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Jaguar Head Kero

A work made of wood and mopa-mopa resin.
Public Domain

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  • A work made of wood and mopa-mopa resin.

Date:

1600–1800

Artist:

Maker unknown (Inca)
Viceroyalty of Peru (probably Peru or Bolivia)

About this artwork

During the Inca Empire, wooden kero drinking cups were only decorated with geometric designs. But after the Spanish invasion, the Inca royal court retreated to lower elevations in the Amazonian jungle, a place they called Vilcabamba. Likely in response to the introduction of European heraldry featuring lions and building on representations of felines by their Andean predecessors, Inca makers created new keros shaped like feline heads. Rather than depicting highland pumas, however, such keros are spotted like Amazonian jaguars.

Status

On View, Gallery 136

Department

Arts of the Americas

Culture

Inca

Title

Jaguar Head Kero, Jaguar Head Kero (Drinking Cup)

Places

Bolivia (Object Probably made in), Peru (Object Probably made in), Peru, Viceroyalty of (Object made in)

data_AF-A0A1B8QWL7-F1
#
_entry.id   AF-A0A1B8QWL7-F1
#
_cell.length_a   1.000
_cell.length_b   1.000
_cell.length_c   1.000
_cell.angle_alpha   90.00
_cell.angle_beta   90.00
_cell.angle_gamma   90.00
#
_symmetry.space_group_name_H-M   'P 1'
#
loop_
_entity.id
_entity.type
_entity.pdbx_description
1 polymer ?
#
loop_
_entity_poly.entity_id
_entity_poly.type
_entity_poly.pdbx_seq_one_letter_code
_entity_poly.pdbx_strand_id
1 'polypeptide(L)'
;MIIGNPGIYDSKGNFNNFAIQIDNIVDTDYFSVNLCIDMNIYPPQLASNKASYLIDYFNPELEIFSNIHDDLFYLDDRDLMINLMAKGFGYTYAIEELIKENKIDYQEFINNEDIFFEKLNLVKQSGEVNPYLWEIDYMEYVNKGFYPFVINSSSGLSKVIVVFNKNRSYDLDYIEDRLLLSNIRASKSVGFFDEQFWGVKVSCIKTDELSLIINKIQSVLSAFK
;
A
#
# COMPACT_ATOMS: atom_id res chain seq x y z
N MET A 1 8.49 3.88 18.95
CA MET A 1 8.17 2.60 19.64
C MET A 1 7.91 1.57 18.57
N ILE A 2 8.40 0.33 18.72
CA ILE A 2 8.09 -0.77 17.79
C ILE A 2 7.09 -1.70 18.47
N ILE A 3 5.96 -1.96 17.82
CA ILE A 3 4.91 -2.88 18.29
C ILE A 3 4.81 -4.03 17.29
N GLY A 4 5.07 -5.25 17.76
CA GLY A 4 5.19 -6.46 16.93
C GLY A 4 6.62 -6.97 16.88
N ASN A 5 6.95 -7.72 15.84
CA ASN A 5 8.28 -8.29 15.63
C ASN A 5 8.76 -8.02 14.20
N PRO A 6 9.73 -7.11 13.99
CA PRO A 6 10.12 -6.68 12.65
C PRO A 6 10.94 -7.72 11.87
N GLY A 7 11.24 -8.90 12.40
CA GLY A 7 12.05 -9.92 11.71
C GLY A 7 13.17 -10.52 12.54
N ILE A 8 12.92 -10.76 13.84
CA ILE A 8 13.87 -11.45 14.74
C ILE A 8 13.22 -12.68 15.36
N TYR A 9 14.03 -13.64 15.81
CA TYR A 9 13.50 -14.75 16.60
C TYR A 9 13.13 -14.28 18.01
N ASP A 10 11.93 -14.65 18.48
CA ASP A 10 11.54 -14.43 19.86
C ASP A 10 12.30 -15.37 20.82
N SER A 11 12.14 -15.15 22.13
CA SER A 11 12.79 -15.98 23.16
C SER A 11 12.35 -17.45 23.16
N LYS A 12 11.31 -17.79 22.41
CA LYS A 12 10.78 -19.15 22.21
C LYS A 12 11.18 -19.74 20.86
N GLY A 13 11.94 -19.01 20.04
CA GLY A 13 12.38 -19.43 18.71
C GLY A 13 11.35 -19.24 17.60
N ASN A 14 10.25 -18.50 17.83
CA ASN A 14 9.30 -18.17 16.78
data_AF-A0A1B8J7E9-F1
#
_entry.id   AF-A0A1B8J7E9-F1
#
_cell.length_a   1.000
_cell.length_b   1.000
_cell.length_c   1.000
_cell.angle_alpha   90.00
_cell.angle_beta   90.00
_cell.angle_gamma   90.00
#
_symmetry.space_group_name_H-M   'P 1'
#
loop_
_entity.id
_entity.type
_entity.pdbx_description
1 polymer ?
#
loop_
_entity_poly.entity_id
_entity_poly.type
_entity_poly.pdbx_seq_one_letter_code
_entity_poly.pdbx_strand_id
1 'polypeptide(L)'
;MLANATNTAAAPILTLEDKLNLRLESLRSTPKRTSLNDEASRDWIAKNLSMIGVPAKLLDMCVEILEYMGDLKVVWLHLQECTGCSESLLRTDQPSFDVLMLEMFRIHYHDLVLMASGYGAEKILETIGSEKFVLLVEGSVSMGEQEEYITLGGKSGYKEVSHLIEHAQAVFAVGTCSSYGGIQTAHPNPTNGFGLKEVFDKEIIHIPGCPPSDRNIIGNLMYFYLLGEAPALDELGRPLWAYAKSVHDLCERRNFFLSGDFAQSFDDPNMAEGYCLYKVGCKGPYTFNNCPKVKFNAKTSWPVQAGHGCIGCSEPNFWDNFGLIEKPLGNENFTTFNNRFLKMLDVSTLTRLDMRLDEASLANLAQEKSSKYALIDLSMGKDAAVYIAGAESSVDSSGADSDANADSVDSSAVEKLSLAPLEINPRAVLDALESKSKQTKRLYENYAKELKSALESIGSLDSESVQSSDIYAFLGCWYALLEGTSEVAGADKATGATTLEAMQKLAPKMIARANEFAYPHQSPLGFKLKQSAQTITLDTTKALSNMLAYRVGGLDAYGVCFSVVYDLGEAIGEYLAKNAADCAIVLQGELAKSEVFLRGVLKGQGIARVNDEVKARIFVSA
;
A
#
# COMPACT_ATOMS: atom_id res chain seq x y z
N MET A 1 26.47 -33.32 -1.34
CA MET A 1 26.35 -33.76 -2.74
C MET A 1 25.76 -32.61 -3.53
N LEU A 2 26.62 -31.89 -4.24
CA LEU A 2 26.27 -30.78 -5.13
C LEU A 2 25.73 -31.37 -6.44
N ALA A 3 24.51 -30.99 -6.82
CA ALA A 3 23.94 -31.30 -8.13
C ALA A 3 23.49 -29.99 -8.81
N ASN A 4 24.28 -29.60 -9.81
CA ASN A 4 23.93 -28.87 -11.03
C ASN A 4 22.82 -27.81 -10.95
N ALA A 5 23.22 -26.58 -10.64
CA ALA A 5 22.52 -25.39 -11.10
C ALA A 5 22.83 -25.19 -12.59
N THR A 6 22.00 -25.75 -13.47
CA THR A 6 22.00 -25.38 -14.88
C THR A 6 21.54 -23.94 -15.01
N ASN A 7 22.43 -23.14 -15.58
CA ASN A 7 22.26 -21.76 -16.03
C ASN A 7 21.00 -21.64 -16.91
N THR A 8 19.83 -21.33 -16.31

Date

1600-1800

Medium

Wood and mopa-mopa resin

Inscriptions

Inscribed on base, in red pigment: .R.57.96

Dimensions

21.2 × 15.3 × 18.5 cm (8 3/8 × 6 × 7 1/4 in.)

Credit Line

Arts of the Americas Discretionary Fund

Reference Number

2022.587

IIIF Manifest  The International Image Interoperability Framework (IIIF) represents a set of open standards that enables rich access to digital media from libraries, archives, museums, and other cultural institutions around the world.

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https://api.artic.edu/api/v1/artworks/263126/manifest.json

Extended information about this artwork

Object information is a work in progress and may be updated as new research findings emerge. To help improve this record, please email . Information about image downloads and licensing is available here.

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